Share your opinions on flying in Canada with the Competition Bureau – we want to hear from you!

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Flair Airlines CEO bullish on future of discount airlines. Others aren't so sure



“In an effort to promote competition and potentially lower airfares in the Canadian domestic air travel industry, the federal Competition Bureau has announced plans to conduct a comprehensive study of the market. This decision comes as complaints from Canadians about high airfares continue to rise, particularly with only two major airlines, Westjet and Air Canada, dominating the industry. The bureau is seeking input from the public to better understand the challenges and opportunities in the sector before making recommendations to the government.

Public Participation in the Study

The Competition Bureau has invited Canadians to provide feedback on the upcoming study’s terms of reference, allowing them to contribute to shaping the scope and objectives of the research. Questions around supporting airline entry and expansion, as well as enhancing consumer accessibility to competitive airfares, are some of the key areas the bureau aims to address through this study. The deadline for public input is June 17, 2023, and the finalized terms of reference will guide the market study expected to be completed by summer 2025.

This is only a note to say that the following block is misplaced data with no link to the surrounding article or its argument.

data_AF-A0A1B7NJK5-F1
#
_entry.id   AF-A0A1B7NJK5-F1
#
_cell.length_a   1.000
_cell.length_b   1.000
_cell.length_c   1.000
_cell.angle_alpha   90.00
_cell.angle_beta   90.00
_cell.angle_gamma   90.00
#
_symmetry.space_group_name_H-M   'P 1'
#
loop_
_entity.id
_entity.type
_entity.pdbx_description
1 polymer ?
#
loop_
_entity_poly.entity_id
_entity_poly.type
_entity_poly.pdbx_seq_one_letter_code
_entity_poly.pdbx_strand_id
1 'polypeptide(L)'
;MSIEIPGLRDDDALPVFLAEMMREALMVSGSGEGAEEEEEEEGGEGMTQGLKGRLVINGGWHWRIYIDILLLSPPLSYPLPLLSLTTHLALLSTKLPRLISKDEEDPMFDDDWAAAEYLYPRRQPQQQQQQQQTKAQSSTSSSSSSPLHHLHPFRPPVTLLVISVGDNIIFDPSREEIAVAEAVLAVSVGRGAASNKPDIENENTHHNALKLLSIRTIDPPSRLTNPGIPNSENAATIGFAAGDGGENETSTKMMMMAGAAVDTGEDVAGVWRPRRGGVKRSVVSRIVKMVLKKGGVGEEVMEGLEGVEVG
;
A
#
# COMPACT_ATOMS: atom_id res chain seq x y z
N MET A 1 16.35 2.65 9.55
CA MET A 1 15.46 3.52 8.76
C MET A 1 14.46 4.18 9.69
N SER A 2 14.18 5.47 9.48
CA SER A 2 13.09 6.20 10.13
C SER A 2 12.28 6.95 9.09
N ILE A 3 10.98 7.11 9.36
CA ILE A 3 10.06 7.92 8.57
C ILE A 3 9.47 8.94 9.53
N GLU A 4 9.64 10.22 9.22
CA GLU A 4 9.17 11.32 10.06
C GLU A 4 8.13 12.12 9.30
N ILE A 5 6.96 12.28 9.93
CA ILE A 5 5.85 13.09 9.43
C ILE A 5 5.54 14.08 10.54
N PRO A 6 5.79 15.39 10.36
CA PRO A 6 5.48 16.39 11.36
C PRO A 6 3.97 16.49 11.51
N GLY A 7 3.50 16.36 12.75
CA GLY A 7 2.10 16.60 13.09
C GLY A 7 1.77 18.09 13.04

Airport Costs and Airfare Affordability

Industry players like Flair Airlines and Westjet have highlighted the high operational costs at Canadian airports as a significant factor contributing to the high airfares in the country. They emphasize that these costs are ultimately passed on to consumers, making air travel less accessible and affordable. Suggestions to reduce or eliminate airport fees and rents as a measure to address airfare affordability have been proposed by airline executives, urging the government to take action in supporting a competitive and accessible air travel market.

Regulatory Powers and Impact on Market Dynamics

The Competition Bureau’s upcoming market study will mark its first investigation since gaining new powers in December, enabling them to compel information from industry players for a more comprehensive assessment of the competitive landscape. With recent changes in the industry, including the disappearance of low-cost carriers like Swoop and Lynx Air, concerns have been raised about the potential impact on airfare affordability and market competition. The bureau’s study aims to shed light on these dynamics and provide recommendations for promoting a more competitive and consumer-friendly air travel industry.

In conclusion, the Competition Bureau’s initiative to investigate the Canadian domestic air travel market is a crucial step towards understanding the challenges facing consumers and industry players. By engaging with the public and industry stakeholders, the bureau can gather valuable insights to inform its recommendations to the government. As the study progresses, it will be essential to consider various perspectives and potential solutions to promote competition, innovation, and affordability in the Canadian air travel sector.”



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